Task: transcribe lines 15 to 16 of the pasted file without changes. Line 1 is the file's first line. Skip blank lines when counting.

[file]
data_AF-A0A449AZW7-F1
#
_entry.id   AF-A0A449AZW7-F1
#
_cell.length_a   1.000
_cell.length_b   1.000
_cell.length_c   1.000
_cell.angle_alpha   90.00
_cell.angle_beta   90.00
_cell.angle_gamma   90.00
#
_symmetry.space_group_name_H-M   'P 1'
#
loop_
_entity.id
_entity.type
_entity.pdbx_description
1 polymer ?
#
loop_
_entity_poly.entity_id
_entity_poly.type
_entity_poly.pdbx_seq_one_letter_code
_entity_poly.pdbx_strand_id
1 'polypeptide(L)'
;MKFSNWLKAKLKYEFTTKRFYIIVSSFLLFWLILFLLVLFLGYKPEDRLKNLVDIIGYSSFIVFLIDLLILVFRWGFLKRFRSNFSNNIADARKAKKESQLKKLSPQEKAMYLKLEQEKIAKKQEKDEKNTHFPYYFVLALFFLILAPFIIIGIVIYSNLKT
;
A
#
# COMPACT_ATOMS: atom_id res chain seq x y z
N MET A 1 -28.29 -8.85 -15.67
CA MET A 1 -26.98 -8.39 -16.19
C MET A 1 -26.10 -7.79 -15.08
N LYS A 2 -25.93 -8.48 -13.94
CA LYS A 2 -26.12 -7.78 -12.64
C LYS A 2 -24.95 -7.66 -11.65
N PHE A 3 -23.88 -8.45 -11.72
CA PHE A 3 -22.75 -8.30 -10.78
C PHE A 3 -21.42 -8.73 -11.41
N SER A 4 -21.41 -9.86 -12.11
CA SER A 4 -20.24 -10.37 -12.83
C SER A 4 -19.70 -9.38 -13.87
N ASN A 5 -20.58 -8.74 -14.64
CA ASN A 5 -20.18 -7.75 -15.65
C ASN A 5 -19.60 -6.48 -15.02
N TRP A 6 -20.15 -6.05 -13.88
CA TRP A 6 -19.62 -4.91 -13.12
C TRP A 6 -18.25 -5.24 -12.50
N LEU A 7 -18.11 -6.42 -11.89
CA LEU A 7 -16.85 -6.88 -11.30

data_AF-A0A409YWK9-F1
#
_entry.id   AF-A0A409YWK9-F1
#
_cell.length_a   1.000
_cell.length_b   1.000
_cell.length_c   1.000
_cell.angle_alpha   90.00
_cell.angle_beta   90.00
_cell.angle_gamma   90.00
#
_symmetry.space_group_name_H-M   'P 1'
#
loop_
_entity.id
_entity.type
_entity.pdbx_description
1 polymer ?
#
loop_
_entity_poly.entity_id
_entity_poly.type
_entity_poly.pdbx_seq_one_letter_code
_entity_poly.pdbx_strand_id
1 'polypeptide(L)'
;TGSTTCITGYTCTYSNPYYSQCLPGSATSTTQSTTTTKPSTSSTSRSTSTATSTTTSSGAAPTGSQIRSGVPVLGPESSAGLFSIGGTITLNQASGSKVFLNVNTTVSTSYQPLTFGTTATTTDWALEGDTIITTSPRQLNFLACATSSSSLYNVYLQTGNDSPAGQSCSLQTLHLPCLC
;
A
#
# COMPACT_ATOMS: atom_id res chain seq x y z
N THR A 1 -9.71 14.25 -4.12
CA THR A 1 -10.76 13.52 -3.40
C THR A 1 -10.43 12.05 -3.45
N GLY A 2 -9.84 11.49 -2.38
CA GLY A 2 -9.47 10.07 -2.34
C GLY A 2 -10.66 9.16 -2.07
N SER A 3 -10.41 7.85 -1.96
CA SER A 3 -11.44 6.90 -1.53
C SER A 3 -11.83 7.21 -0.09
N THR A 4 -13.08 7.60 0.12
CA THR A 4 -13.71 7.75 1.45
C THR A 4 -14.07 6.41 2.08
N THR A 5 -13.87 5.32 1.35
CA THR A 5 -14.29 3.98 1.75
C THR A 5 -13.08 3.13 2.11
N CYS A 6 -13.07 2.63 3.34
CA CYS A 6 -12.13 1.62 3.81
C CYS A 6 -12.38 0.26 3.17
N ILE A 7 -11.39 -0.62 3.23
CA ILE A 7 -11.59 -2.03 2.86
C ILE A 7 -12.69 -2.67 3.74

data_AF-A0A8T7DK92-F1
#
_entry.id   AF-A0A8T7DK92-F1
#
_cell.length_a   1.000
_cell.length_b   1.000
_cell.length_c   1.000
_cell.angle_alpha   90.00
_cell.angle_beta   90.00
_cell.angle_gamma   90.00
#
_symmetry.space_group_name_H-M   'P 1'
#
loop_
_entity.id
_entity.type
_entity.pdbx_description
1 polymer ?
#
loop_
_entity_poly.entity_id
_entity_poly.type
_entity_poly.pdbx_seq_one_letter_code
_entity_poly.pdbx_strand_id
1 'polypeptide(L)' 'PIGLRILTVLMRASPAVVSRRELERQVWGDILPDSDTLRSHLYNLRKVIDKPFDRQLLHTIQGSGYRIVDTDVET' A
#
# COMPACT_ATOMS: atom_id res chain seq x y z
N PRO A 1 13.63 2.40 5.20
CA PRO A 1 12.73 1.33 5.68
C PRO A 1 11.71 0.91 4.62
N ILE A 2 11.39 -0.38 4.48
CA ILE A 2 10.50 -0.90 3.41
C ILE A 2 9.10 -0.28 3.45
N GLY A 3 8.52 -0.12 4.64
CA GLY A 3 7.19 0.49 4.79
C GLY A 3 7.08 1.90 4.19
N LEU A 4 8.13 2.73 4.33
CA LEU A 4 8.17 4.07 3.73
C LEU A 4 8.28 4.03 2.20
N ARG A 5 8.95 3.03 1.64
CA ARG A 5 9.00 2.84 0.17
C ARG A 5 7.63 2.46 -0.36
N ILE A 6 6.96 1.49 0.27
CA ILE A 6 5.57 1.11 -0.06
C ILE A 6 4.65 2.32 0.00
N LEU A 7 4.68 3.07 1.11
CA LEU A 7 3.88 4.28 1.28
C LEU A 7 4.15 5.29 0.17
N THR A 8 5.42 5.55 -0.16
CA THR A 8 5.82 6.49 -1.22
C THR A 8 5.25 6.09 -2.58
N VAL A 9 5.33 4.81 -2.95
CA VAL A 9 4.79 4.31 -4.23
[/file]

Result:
_entity.id
_entity.type